The pain and suffering of the Russian population at the hands of their leader Joseph Stalin until his death in 1953 is an absolute tragedy. I am a firm believer that laughter is the best medicine and whilst some people may say that to poke fun at the heinous crimes of a dictator is unacceptable, I believe that humour is the best weapon against this sort of tyranny.
The Death of Stalin kicks off with a concert where radio technician Comrade Andreyev played byPaddy Considine receives a phone call. It’s not the kind of call anybody would like to receive in the middle of a broadcast. It’s Stalin requesting a copy of the concert for himself.
Trouble is, the concert is not being recorded. Fearing for his life, Comrade Andreyev rounds up the audience as they attempt to leave the concert hall and makes the orchestra perform again.
This episode, based on fact serves as a brilliant introduction to the insane climate of fear that existed amongst the general population, that if one somehow displeased the ruling party they would find their name on one of Stalin’s lists, and that would be the end of them.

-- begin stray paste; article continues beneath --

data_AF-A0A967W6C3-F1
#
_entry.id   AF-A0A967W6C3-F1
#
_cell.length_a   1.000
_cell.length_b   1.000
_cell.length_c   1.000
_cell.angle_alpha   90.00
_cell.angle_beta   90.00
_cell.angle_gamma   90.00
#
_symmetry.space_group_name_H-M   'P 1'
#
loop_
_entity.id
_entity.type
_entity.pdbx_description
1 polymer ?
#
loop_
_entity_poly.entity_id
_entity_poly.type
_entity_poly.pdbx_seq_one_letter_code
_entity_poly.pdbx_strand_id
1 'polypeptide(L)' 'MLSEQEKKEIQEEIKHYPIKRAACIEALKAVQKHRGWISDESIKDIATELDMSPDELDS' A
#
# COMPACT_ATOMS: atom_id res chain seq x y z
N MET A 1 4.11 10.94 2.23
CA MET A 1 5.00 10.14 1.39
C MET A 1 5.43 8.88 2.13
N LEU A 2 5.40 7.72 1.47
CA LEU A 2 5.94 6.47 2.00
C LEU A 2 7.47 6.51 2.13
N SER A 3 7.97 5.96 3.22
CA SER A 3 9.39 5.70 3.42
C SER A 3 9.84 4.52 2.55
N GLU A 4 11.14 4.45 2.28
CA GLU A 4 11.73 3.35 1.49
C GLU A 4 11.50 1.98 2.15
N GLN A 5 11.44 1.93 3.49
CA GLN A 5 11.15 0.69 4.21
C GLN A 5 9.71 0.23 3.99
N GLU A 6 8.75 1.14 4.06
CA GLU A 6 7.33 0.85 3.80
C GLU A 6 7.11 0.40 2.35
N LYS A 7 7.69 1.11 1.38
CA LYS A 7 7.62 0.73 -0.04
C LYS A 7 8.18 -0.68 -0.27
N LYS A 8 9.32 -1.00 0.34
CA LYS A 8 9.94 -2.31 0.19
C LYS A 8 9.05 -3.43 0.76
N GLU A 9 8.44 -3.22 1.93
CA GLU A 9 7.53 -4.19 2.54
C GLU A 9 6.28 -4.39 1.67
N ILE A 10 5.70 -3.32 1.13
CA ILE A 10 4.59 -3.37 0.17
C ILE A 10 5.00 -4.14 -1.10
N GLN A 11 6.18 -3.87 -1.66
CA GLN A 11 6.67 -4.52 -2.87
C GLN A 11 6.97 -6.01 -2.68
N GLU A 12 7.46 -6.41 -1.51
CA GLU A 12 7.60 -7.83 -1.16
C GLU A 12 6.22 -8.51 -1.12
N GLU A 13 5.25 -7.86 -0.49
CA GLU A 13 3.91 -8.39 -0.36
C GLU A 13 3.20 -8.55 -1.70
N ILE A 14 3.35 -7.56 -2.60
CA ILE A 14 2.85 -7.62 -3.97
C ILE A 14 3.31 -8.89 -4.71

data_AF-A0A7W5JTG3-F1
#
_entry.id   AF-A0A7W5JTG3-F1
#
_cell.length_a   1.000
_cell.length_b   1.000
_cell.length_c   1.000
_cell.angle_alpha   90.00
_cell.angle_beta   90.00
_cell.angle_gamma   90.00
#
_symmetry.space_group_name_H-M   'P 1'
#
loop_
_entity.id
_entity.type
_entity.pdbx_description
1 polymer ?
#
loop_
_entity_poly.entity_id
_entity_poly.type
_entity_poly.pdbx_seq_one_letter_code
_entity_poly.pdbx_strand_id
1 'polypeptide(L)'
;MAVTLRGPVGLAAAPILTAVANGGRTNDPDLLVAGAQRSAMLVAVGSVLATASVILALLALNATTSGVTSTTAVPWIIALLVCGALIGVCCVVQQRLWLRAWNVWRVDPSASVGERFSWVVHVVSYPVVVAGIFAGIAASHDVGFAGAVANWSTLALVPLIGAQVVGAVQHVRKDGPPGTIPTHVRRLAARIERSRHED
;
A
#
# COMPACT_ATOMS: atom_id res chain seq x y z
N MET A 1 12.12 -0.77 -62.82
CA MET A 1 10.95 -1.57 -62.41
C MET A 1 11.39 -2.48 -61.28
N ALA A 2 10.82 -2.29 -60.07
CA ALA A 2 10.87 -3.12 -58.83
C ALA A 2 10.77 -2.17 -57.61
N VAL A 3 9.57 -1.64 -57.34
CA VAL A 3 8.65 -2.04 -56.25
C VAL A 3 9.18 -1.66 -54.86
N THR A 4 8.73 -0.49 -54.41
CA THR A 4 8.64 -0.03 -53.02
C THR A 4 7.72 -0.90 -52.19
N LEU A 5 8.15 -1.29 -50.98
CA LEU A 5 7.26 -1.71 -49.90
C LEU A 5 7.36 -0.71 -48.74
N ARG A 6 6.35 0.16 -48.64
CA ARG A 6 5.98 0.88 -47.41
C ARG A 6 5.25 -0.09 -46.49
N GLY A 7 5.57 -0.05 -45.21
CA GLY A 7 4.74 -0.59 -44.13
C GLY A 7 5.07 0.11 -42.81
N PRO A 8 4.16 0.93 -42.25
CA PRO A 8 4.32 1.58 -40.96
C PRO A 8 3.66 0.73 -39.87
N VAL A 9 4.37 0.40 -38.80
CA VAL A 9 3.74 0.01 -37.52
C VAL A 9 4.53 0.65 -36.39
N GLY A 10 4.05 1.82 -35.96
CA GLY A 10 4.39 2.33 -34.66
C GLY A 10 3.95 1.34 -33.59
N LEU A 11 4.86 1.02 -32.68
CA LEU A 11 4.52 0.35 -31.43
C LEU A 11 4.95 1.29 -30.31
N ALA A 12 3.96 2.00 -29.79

Much like his 2009 masterpiece In The Loop, Scottish Writer/Director Armando Iannucci is in his element spoofing the politics of the ruling class and in 1950’s Russia he has perhaps the highest stakes possible.
I can’t remember laughing out loud so many times in one film, and it reinforced that the whole aim of the exercise is not to poke fun at the poor distressed population, but to mock those who made their society suffer.
The cast fit their roles in the most wonderful fashion, with a wet Stalin apprentice (and ultimately, if briefly) successor Georgy Malenkov genuinely inhabited by Jeffrey Tambor.
Steve Buscemi seems born to play Nikita Khrushchev with any of his previous roles as ruthless characters nothing compared to how he schemes his way to the top job after Stalin’s demise.
This is a brilliantly conceived, written and performed film that has countless moments of hilarity, in amongst glimpses of some of the worst atrocities ever committed by a government on their people.
I know I will watch this film many times again over the coming years.
Michael Palin’s appearance as old Bolshevik Vyacheslav Molotov only confirmed my feeling that this is what George Orwell’s 1984 might look like had it been produced by the surrealist geniuses of Monty Python.
5 Stars – “One of the Darkest, Funniest Films You’ll See”.